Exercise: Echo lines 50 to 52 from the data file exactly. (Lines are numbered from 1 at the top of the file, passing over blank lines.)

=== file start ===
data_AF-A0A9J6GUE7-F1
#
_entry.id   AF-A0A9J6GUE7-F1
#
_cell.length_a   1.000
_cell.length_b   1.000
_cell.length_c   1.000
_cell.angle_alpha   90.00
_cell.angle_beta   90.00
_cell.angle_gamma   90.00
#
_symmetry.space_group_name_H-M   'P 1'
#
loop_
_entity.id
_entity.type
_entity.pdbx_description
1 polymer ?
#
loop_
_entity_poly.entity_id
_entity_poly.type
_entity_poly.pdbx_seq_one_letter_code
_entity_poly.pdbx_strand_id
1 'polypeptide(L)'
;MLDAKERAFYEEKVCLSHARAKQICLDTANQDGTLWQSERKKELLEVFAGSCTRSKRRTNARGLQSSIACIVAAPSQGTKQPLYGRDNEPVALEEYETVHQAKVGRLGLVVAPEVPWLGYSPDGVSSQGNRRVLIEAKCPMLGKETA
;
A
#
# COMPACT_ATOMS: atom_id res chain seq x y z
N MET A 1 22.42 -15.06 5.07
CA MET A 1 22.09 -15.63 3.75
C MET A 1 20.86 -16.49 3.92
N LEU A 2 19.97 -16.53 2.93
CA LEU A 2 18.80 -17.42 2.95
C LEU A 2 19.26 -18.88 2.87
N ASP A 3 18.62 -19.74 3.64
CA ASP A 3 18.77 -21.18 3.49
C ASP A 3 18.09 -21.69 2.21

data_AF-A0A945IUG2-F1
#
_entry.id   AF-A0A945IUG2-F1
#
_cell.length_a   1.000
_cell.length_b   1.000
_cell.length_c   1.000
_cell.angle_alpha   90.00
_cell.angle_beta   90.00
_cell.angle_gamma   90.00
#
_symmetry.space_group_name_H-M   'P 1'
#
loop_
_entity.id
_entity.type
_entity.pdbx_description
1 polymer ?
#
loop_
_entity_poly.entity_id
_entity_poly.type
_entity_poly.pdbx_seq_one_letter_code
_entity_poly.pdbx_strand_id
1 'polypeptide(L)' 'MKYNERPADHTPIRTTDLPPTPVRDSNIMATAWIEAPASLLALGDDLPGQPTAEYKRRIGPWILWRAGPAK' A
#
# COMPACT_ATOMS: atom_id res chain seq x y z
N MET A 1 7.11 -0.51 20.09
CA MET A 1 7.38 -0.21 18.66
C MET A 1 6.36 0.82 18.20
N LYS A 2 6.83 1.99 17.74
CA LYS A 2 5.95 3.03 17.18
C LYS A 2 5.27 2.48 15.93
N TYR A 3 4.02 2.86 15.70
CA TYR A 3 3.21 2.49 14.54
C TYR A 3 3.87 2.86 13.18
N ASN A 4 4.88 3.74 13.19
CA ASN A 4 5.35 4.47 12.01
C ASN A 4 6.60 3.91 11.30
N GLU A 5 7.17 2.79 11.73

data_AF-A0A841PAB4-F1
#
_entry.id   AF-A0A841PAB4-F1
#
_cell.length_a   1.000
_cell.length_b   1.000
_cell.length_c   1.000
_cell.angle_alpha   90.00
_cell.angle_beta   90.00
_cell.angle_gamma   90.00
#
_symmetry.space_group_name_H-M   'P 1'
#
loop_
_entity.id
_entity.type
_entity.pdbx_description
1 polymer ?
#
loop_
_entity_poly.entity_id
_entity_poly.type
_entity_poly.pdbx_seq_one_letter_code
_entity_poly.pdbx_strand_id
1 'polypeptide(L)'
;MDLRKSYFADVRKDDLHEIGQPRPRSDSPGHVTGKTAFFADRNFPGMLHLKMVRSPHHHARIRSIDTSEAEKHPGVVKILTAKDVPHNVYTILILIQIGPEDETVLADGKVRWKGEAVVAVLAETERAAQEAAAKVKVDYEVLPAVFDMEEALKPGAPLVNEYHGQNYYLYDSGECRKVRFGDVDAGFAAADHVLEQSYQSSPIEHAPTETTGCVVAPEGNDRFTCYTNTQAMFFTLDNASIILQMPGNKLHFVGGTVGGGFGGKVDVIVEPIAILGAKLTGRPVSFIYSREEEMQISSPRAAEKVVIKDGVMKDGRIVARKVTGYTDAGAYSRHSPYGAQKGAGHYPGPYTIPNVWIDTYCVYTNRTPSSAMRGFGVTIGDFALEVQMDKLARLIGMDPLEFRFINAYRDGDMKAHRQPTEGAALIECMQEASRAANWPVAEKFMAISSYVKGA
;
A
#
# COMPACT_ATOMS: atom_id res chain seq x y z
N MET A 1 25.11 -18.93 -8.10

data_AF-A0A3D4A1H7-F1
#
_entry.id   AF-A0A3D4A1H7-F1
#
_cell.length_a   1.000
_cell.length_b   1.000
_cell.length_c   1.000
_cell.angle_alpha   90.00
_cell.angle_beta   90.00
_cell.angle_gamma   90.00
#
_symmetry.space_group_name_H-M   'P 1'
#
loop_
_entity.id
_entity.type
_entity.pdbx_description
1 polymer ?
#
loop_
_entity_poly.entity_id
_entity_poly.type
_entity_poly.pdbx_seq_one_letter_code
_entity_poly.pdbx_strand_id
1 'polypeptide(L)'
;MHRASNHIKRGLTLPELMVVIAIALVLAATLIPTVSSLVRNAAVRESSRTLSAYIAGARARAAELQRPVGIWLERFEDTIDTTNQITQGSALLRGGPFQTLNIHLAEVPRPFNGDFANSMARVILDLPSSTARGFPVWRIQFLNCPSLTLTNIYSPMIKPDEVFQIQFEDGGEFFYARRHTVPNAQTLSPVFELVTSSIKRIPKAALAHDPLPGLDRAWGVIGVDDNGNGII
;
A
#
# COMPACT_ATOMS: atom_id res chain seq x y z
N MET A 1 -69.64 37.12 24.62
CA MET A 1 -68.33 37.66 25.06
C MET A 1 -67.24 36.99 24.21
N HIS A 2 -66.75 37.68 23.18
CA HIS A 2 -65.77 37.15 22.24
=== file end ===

#
_symmetry.space_group_name_H-M   'P 1'
#